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Stratigraphic Architecture and Sediment Partitioning in the Mixed Carbonate-Siliciclastic Bone Spring Formation, Delaware Basin, Texas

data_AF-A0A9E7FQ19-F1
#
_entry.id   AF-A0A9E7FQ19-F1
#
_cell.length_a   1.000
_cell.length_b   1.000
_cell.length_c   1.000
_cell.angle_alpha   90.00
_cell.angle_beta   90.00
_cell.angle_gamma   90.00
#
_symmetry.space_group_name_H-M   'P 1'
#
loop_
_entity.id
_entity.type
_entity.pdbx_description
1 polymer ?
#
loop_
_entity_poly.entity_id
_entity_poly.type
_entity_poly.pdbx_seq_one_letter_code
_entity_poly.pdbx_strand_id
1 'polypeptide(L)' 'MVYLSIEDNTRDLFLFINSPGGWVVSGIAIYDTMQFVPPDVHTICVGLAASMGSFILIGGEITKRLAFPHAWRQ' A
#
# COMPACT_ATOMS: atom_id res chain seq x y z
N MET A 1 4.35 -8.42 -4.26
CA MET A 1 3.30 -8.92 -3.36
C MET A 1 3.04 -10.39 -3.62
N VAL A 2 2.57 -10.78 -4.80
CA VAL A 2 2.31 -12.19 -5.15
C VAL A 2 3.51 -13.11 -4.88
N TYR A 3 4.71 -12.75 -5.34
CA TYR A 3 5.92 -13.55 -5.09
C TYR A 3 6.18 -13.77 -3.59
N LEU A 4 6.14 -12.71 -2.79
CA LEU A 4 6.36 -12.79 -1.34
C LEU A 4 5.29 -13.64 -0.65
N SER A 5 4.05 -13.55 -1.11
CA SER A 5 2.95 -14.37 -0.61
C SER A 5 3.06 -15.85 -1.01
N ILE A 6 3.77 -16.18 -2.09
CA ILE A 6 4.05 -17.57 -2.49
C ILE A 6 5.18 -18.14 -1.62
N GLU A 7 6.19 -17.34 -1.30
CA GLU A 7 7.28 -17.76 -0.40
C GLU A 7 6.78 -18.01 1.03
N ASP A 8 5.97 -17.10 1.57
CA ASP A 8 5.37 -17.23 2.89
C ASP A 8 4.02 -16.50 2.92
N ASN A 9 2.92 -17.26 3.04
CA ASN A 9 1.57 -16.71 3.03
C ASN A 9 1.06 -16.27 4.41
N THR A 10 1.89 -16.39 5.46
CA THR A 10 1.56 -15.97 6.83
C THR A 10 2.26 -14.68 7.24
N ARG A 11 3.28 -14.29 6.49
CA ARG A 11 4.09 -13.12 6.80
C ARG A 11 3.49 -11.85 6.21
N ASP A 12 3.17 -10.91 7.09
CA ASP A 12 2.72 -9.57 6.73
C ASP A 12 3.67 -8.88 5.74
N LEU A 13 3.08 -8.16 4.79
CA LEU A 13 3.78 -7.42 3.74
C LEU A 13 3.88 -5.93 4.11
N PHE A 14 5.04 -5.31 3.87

Slope-building processes and sediment partitioning in mixed carbonate-siliciclastic sediment routing systems are poorly understood but are important constraints on the spatial and temporal distribution of reservoir-forming elements. The Bone Spring Formation of the Delaware Basin in west Texas is a mixed carbonate and clastic system that acts as a prolific hydrocarbon reservoir. The Bone Spring Formation consists of cyclic shelf-to-basin deposits of sandy turbidites to carbonate turbidites and mass-transport deposits that were sourced from the shelf margin during Leonardian time (~275 Ma). Much research has focused on the distal deposits of the Bone Spring Formation, but there has been little research on the proximal staging area that outcrops in Guadalupe Mountains National Park (GUMO). Our research aims to describe the stratigraphic architecture of the Bone Spring Formation in GUMO in order to delineate the staging area and the dynamics of carbonate and siliciclastic sediment delivery to the basin. Using drone-derived 3D models and measured sections, we document slope-building processes and intermixing of siliciclastic and carbonate lithofacies in the outcropping Bone Spring Formation. Bed orientations and regional surfaces identified several slope-building clinothems that vary from siliciclastic-rich to carbonate-rich and show significant variability in slope propagation direction. These results suggest that the temporal and spatial distribution of siliciclastic-rich lithofacies in the staging area likely impact the stacking patterns of siliciclastic and carbonate lithofacies in the basin. Additionally, the presence of a significant shift in clinothem orientation corresponds to the clinothem containing the highest frequency of failure surfaces and submarine channel deposits, suggesting that entry points of coarse-grained carbonate material to the basin may be related to slope morphology. These results suggest that the dynamics of the upper-slope environment are a primary control on reservoir-forming elements in the basin. Our work provides a better understanding of slope building processes of mixed-lithology clinothems, specifically in steep carbonate margins with periodic siliciclastic input. Our characterization of the outcropping Bone Spring Formation aids in reservoir prediction for future development in the Bone Spring Formation and similar targets in the Delaware and Midland basins like the Spraberry and Wolfcamp Formations.